Ani Avakian

Snyder is Clark’s newest addition to the Spanish department.

A New Face: Mrs. Snyder joins the Clark teaching staff

After one of Clark’s Spanish teachers left, a new position opened up within the Spanish department. And soon enough, that position was fulfilled when Oralia Snyder joined Clark’s teaching staff.

Yet, unlike most teachers, her recruiting process was a bit different from the regular interview. GUSD had contacted her when she was a substitute teacher for GUSD. “I actually started teaching at Edison Elementary, and I was teaching third grade bilingual classes,” Snyder said. “After that, I subbed at both Crescenta Valley High School and at Glenoaks for Spanish.” 

Even though she has been at Clark for only a few weeks, Snyder has recognized many differences that has made Clark special from other schools. “Clarkies don’t hang out after school, they are always in a rush to get to their busses,” she said jokingly. Snyder also said that both the teachers and students have been very polite and very helpful. “The Spanish department and Mr. Kursinki have both been amazing in showing me the ropes,” she said. 

Snyder said she believes there are major benefits of knowing Spanish as a second or third language. “Not only will it help students to communicate and socialize, I also think it’s a great tool to take with you everywhere and anywhere you’d go,” Snyder said. “It can benefit you with jobs and in business.” She also said that it’s exciting whenever someone has the ability to show off that they know Spanish, since people underestimate what a “typical” Spanish speaking person looks like.

Pateel Nahabeed, a sophomore in Snyder’s Spanish 3-4 class, said that she is a really nice teacher and helps her students a lot. “She doesn’t give us loads of homework which is great,” Nahabeed said. “I was overwhelmed when I first started learning Spanish, but now I am actually getting it.” Sophomore Aram Kadoian shares a similar view to Nahabeed and thinks she is a great teacher. “She makes class fun and tells jokes,” he said. “She really wants us to pass and learn simultaneously.”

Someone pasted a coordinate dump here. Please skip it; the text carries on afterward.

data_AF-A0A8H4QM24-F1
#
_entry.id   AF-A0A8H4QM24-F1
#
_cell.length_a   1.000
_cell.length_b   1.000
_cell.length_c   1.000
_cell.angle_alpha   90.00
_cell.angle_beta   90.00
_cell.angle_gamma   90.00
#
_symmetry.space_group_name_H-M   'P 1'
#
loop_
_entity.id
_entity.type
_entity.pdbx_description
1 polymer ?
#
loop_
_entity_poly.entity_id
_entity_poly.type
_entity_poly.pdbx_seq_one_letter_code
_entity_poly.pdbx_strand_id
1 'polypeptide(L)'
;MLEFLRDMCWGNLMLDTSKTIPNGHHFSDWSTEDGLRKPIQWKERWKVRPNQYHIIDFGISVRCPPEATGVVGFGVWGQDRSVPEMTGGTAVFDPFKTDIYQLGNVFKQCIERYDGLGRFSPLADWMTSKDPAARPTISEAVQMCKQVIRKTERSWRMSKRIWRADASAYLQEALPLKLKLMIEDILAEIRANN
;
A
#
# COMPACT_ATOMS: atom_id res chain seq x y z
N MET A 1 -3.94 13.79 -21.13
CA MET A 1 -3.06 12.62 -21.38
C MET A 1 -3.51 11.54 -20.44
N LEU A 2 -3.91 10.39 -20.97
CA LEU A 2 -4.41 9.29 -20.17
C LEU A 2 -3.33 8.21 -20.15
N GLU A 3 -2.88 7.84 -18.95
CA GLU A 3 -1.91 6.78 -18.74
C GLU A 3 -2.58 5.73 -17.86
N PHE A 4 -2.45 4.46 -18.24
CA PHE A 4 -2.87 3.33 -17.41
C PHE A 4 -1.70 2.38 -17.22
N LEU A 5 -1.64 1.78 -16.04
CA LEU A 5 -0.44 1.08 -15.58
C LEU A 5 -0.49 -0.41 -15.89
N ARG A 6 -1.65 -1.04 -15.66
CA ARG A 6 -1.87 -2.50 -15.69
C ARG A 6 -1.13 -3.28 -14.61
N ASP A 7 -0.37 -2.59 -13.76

A main thing that Snyder wants to stress in her upcoming classes is the diversity and past history of Spanish people both in Southern California and the Spanish speaking world. “I have plans for a speaker to come and talk to my students about the Zoot Suit riots, as well as a speaker from Boyle Heights to come talk to them about the origins of Dia de los Muertos in Los Angeles,” Snyder said. She stressed the difference between all of the Spanish speaking countries. “Their food’s different, their cultures and history are different,” she said. “Yet we can all speak and share our experiences together which I think makes Spanish a beautiful language.”

She plans to have students do projects about each of the different Spanish speaking countries and their various cultural dishes. “I want my students to be able to distinguish the differences between different dishes in the Spanish speaking world. How do we eat them? How do we prepare them, How do they compare and contrast? I want them to feel like Spanish teens living in that country. I want them to learn different slang. I want them to appreciate how diverse each country actually is, because at the end of the day we’re all different,” Snyder said.

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